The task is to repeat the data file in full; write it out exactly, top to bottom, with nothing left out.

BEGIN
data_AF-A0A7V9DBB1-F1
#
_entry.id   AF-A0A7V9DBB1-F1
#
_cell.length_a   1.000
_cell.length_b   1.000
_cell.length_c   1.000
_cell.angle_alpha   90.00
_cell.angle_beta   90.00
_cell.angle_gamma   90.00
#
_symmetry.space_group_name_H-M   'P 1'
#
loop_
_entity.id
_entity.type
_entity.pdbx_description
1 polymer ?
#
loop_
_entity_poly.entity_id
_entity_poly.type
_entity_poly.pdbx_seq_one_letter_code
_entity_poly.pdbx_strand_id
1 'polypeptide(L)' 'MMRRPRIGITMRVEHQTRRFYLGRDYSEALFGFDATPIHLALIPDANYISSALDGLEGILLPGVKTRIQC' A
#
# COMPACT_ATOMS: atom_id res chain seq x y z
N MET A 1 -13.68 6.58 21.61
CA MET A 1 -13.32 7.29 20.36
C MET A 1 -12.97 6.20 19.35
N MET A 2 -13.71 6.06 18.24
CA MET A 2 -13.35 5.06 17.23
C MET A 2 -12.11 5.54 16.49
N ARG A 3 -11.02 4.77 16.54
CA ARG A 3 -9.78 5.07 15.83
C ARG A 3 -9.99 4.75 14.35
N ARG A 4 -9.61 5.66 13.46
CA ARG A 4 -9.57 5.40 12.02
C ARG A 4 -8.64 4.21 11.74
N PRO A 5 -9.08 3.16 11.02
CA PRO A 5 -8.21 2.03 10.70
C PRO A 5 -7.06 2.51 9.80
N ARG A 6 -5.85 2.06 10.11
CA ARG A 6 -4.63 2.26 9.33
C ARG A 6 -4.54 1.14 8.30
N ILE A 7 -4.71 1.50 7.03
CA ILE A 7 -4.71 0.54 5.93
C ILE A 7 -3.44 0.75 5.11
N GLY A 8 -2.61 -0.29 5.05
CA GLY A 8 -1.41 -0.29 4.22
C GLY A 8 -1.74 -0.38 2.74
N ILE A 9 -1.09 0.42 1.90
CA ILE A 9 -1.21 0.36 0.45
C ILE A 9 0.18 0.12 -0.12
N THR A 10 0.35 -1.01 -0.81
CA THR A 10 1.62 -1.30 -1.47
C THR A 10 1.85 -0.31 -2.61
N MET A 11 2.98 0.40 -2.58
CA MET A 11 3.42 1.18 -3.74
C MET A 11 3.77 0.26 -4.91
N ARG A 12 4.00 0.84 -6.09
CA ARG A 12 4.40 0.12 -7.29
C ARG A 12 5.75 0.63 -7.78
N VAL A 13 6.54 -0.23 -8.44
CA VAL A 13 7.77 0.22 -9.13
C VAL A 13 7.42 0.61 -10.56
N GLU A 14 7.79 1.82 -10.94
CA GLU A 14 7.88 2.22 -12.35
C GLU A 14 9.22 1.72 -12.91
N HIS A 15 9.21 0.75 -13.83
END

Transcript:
data_AF-A0A7V9DBB1-F1
#
_entry.id   AF-A0A7V9DBB1-F1
#
_cell.length_a   1.000
_cell.length_b   1.000
_cell.length_c   1.000
_cell.angle_alpha   90.00
_cell.angle_beta   90.00
_cell.angle_gamma   90.00
#
_symmetry.space_group_name_H-M   'P 1'
#
loop_
_entity.id
_entity.type
_entity.pdbx_description
1 polymer ?
#
loop_
_entity_poly.entity_id
_entity_poly.type
_entity_poly.pdbx_seq_one_letter_code
_entity_poly.pdbx_strand_id
1 'polypeptide(L)' 'MMRRPRIGITMRVEHQTRRFYLGRDYSEALFGFDATPIHLALIPDANYISSALDGLEGILLPGVKTRIQC' A
#
# COMPACT_ATOMS: atom_id res chain seq x y z
N MET A 1 -13.68 6.58 21.61
CA MET A 1 -13.32 7.29 20.36
C MET A 1 -12.97 6.20 19.35
N MET A 2 -13.71 6.06 18.24
CA MET A 2 -13.35 5.06 17.23
C MET A 2 -12.11 5.54 16.49
N ARG A 3 -11.02 4.77 16.54
CA ARG A 3 -9.78 5.07 15.83
C ARG A 3 -9.99 4.75 14.35
N ARG A 4 -9.61 5.66 13.46
CA ARG A 4 -9.57 5.40 12.02
C ARG A 4 -8.64 4.21 11.74
N PRO A 5 -9.08 3.16 11.02
CA PRO A 5 -8.21 2.03 10.70
C PRO A 5 -7.06 2.51 9.80
N ARG A 6 -5.85 2.06 10.11
CA ARG A 6 -4.63 2.26 9.33
C ARG A 6 -4.54 1.14 8.30
N ILE A 7 -4.71 1.50 7.03
CA ILE A 7 -4.71 0.54 5.93
C ILE A 7 -3.44 0.75 5.11
N GLY A 8 -2.61 -0.29 5.05
CA GLY A 8 -1.41 -0.29 4.22
C GLY A 8 -1.74 -0.38 2.74
N ILE A 9 -1.09 0.42 1.90
CA ILE A 9 -1.21 0.36 0.45
C ILE A 9 0.18 0.12 -0.12
N THR A 10 0.35 -1.01 -0.81
CA THR A 10 1.62 -1.30 -1.47
C THR A 10 1.85 -0.31 -2.61
N MET A 11 2.98 0.40 -2.58
CA MET A 11 3.42 1.18 -3.74
C MET A 11 3.77 0.26 -4.91
N ARG A 12 4.00 0.84 -6.09
CA ARG A 12 4.40 0.12 -7.29
C ARG A 12 5.75 0.63 -7.78
N VAL A 13 6.54 -0.23 -8.44
CA VAL A 13 7.77 0.22 -9.13
C VAL A 13 7.42 0.61 -10.56
N GLU A 14 7.79 1.82 -10.94
CA GLU A 14 7.88 2.22 -12.35
C GLU A 14 9.22 1.72 -12.91
N HIS A 15 9.21 0.75 -13.83